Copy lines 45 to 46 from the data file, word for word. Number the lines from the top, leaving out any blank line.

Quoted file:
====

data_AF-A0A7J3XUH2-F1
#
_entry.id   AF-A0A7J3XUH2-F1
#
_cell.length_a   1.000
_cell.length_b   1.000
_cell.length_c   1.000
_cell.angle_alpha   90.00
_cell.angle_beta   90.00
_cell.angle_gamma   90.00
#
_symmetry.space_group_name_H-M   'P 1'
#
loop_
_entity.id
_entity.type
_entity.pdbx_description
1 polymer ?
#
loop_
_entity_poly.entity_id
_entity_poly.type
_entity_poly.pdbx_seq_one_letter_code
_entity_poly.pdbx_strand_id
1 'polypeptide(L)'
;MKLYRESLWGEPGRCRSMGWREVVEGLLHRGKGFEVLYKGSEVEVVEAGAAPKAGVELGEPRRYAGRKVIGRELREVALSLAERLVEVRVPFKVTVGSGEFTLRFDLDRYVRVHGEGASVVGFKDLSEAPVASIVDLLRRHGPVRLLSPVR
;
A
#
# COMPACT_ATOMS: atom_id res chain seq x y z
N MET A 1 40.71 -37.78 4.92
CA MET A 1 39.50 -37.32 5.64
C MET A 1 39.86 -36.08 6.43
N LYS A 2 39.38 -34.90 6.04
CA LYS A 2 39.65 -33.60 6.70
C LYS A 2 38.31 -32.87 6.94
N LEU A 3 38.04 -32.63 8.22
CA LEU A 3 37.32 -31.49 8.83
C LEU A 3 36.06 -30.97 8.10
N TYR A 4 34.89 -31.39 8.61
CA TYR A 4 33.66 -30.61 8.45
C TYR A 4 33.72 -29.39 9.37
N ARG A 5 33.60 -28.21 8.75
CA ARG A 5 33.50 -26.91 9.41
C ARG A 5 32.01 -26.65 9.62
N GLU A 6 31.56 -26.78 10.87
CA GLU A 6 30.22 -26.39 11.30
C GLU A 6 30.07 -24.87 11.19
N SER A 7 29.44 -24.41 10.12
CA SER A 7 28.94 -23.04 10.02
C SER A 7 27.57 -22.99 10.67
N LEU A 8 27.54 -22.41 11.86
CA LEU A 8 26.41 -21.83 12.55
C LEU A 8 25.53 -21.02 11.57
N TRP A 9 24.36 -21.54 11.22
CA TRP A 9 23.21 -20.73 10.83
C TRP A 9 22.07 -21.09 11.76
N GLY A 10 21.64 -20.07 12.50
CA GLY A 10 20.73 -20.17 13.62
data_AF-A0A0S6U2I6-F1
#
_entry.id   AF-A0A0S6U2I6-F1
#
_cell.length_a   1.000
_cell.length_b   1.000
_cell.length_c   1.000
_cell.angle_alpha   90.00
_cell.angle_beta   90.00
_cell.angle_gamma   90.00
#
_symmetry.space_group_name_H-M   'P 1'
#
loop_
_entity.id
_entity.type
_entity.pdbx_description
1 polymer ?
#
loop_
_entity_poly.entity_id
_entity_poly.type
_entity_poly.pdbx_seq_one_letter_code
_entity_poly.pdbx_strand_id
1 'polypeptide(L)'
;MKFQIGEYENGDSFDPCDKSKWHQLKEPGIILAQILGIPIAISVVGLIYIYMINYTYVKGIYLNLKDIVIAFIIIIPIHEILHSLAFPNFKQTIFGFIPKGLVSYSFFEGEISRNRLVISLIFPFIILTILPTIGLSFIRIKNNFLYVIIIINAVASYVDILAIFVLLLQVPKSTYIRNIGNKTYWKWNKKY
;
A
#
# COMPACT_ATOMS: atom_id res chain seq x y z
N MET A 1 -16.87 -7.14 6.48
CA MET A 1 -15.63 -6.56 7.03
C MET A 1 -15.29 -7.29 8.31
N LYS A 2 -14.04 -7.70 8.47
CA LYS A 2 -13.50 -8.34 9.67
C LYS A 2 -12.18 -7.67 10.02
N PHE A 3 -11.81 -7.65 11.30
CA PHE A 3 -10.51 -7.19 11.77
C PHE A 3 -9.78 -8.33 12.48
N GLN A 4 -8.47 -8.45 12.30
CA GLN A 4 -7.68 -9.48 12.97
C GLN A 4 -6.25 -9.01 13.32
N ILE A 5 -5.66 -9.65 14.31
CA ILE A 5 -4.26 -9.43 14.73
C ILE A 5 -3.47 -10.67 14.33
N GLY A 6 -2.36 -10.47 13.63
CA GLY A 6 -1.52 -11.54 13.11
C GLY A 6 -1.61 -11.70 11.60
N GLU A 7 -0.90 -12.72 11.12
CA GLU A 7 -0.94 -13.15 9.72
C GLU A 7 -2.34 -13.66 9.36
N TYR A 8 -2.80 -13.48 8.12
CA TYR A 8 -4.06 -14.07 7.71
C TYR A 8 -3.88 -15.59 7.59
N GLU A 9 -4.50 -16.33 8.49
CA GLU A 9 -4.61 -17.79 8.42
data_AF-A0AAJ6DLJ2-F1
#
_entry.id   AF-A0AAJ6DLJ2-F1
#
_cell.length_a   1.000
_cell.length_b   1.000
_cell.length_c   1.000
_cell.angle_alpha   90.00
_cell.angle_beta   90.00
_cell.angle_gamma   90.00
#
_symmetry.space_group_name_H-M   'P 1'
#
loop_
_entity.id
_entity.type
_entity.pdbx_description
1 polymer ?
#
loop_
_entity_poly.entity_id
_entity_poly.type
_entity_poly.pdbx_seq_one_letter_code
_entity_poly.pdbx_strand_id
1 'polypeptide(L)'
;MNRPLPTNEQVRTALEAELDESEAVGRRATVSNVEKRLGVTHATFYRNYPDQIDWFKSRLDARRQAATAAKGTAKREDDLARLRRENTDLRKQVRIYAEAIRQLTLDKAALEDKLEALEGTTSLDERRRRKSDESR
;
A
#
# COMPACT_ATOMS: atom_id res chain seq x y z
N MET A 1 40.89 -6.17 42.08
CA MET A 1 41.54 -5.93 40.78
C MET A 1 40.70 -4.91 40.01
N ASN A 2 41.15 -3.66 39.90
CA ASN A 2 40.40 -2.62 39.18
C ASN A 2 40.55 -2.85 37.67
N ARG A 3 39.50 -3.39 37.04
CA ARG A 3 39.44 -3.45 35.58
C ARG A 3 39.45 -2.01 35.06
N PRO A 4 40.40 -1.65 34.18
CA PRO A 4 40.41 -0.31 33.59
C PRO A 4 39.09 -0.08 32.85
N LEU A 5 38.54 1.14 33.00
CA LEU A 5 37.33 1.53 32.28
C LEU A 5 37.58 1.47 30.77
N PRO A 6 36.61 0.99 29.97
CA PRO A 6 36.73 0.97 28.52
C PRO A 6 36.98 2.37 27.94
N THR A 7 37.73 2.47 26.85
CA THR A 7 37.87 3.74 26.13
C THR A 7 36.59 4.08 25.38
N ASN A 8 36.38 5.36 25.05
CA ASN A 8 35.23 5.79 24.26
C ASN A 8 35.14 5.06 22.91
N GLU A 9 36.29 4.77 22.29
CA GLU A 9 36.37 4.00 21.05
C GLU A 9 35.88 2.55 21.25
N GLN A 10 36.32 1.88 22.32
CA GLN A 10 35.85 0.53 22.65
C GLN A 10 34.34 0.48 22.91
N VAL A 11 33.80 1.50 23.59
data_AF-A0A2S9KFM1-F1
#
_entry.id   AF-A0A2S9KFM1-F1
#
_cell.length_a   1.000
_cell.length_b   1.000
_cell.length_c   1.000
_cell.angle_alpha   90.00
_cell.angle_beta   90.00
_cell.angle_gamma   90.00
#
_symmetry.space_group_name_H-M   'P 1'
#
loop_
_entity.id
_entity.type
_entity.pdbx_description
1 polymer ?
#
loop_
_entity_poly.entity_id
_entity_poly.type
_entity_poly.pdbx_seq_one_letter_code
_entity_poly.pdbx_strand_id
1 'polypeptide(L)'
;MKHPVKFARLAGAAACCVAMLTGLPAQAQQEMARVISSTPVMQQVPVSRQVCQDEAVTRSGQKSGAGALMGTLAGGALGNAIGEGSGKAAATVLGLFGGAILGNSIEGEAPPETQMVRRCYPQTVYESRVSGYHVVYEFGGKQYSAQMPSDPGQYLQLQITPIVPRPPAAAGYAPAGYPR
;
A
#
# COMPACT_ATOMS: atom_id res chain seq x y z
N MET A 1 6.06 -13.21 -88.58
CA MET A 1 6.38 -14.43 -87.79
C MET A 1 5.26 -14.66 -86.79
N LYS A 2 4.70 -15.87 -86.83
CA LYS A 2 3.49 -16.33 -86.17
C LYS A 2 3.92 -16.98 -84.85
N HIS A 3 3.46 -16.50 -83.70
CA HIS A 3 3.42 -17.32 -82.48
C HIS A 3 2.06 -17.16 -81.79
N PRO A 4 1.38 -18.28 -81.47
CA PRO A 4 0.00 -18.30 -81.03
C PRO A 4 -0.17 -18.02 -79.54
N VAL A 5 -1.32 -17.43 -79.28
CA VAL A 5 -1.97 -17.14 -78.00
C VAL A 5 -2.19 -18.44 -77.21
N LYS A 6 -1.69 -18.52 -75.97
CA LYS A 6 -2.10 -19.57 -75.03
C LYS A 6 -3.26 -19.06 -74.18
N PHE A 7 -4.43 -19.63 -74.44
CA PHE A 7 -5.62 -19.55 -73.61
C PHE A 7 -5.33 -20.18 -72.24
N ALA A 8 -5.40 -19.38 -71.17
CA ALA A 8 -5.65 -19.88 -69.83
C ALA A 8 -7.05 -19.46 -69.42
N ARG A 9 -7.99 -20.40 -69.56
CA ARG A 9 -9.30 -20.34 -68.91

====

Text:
C ARG A 5 32.01 -26.65 9.62
N GLU A 6 31.56 -26.78 10.87